That’s What I Love About Sunday

On Sunday we got quite a late start. We still made it to the Columbia Road Flower Market before the crowd had thinned for the afternoon and managed as well to stop in two funky shops for art purchases. By then our stomachs were growling more loudly than we were speaking. I was so happy to sink down at our (newly) regular table for lunch at The Marksman!

marksman

We’ve been asked where to find the best fish ‘n’ chips in London and haven’t been able to produce an answer, but we are happy to report that we’ve found it! Just look at this plate…

fish n chips

Their secret might be that they start with sea bass… It’s served with a really yummy homemade tartar sauce (and David played us a little Dolly Parton so that we would feel at home).  Unfortunately, you may not find your favorite main on the menu as it is seasonal and often rotates so that patrons don’t get bored; just ask them what’s on the menu for the day when you book your table.

lunch at marksman

It’s so swank and local to say that we got to meet both of the owners, Dawn and Gary and their beautiful baby Marlowe.  Dawn made time to talk to us despite the fact she was enjoying her own Sunday lunch!  Don’t worry. If you missed it your first trip, we’ll get there on your next.

After lunch, we wandered along the east side canal until it started raining.  There are so many great old and new buildings to see along this section – on the east side there less pubs and crowds of people, though there are still interesting bits worth the wander.  I think Megan picked out several flats with patios that she’s ready to let.  When Emma gets ready to open in London, I know the first girl who will be on the boat over the ocean!  Bring it.

Of Bridges Burned

While Drew was busy today, I joined Emily and Kerry for a walking tour of the area near St. Paul’s Cathedral, on the south side of the City of London.  Apparently Emily has become friends with some credentialed London tour guides, Keith and Gordon, whom I had the pleasure of meeting.  It is amazing the amount of history they have stored under their hats!  These gentlemen surely have very full social calendars; they know the whole city by heart as well as most of what there is to do.  Keith gave us plenty more information than I could ever remember about the buildings in the area that had been destroyed and rebuilt, whether due to bombings or refurbishment requirements.

keith

tour statue

st. pauls

stationers

We ended our walking tour at the Museum of London.  Though it looks rather unimpressive from the outside, it houses a fantastic amount of information on the history of the city as well as precious artifacts.  The collection of exhibitions are well presented and inviting.  Currently, the museum is undergoing refurbishment on the lower level to accommodate for exciting new features.  I wouldn’t mind visiting the Museum again, less tired, less snotty, and less frozen.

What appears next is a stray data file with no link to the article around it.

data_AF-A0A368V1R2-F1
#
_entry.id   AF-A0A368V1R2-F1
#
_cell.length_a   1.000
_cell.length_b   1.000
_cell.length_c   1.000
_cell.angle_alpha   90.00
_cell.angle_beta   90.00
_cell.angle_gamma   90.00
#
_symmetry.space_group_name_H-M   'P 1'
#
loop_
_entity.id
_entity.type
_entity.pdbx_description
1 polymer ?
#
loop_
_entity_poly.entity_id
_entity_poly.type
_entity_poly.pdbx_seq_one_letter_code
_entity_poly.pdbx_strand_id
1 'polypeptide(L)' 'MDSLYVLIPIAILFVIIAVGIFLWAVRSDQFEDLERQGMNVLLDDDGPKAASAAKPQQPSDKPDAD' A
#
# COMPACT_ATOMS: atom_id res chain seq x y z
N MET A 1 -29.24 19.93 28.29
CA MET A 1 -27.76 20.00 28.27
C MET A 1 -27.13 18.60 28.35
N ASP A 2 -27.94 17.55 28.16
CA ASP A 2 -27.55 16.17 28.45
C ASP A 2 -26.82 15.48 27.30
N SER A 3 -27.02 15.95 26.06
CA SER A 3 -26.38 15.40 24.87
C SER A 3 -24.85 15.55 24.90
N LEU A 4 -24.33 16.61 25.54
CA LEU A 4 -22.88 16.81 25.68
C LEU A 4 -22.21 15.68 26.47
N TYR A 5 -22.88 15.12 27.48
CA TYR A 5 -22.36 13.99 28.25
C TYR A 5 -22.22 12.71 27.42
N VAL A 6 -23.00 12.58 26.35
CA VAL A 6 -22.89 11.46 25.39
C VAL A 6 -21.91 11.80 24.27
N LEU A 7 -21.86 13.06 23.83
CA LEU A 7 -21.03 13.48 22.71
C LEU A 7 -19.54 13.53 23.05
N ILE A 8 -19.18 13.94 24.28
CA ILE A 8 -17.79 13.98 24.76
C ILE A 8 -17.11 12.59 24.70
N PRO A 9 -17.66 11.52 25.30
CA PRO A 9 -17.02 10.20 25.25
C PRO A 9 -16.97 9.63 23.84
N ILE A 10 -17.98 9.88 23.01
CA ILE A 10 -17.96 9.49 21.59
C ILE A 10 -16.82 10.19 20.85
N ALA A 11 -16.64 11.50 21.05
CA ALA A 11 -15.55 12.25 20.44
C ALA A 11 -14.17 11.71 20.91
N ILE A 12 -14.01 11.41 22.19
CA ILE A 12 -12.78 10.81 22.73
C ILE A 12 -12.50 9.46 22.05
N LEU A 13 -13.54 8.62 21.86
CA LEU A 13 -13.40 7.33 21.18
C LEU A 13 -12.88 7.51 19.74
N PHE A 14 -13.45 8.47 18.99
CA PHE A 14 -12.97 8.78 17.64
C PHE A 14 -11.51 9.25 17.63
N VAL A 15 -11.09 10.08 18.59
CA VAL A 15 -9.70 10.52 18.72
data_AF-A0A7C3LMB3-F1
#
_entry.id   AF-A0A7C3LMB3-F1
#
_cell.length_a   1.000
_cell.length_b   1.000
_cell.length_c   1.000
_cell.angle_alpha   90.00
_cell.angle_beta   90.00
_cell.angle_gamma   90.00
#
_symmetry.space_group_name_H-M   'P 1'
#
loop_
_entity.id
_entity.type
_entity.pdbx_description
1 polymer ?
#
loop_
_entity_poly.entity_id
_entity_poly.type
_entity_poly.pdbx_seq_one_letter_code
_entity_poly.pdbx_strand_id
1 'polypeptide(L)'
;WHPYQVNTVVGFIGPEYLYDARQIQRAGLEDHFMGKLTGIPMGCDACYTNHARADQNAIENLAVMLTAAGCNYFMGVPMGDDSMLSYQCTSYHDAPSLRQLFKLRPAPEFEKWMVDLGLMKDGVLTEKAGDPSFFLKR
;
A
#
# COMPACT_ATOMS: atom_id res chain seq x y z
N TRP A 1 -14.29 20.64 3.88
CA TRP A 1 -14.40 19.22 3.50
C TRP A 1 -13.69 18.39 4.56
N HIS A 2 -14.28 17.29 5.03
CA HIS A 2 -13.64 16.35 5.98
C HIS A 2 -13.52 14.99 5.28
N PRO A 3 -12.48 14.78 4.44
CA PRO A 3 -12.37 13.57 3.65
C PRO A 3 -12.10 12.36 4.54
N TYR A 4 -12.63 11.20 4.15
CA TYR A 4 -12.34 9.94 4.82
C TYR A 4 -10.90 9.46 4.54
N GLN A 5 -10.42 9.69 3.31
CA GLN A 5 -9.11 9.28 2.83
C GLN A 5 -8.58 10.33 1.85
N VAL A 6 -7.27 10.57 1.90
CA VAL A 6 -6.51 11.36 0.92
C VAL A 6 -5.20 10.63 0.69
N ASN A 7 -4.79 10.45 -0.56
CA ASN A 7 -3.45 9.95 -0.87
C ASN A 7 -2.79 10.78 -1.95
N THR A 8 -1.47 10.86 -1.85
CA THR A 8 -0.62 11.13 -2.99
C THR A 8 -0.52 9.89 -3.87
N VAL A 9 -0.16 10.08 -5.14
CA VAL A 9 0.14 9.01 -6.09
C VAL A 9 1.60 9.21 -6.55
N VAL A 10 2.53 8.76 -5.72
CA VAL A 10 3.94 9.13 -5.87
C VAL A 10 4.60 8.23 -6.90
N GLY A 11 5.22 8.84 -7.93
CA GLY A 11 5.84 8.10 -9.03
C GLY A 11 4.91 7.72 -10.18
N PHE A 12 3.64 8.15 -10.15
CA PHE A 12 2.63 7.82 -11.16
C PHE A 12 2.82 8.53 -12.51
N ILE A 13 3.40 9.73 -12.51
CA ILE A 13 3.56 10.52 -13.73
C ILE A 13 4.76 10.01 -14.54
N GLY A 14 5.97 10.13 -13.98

Although the headache was quite prominent by this time, the night was still very young.  The walking tour group headed to the Sir John Oldcastle pub; Drew joined our group there.  Drew and I celebrated our first beer of 2009 and enjoyed a curry.

curry

We met a few more of our group and were privileged with more information about events around the city and additional bits of history before moving along to our final destination.

The Slaughtered Lamb, in Clerkenwell, is a nice place to enjoy a drink, a hot pub meal, and live music in a part of town that is rather quiet on the weekends.  Trusting the expertise of our new dear friends, we are able to recommend the chips, but can only give three stars to the fish due to it’s low crunch factor.  The portions are healthy, and the atmosphere isn’t bad, but crunch is a rather important factor to this group.

I know you are wondering how we stumbled upon The Slaughtered Lamb.  Upon the urging of Kassi Thomas, and seeing how the venue happened to be in my neighborhood, it felt right to be at Levi Weaver’s show – despite the low grade fever, exhaustion, headache, and runny nose.  It was well worth the late night to say the least.

levi weaver

If Bob Dylan, Thom Yorke, and Coldplay had a baby I think they would name him Levi Weaver.  And I hope my saying so doesn’t offend Levi at all…  Armed with a pick, a haunting voice, a drummer, a borrowed guitar, two loop pedals (one of which may have fried mid-Of Bridges Burned), a harmonica that was missing early in the set and later returned by mic b (Mike B.), and a borrowed violin bow, Levi won my heart.  It might have taken a lot less, but I think it was the fried equipment and mislaid instruments that made the night so special.  It was cause for conversation that tied us all intimately into the performance – even to the very last note of Which Drink.  Kassi Thomas’ name did come up, in fact, and Levi spoke sweetly of my dear friend.  That’s good; I’d hate to get all redneck in public.  Under the lights.  On stage.  Like the time I was on Springer.

The lyrics are haunting and intelligently crafted, riding on a voice that lifts up one of your heartstrings in an unexpected way, and sneaks in.  If you aren’t convinced by the recordings you can find on his site, I would beg you to give it another listen live.  Experiencing his candor, wit, and spirit enhances the mere poetic vibrations – which are lovely on their own – and creates a tangible connection to the universal themes of love, loss, and the peace that only comes with hope.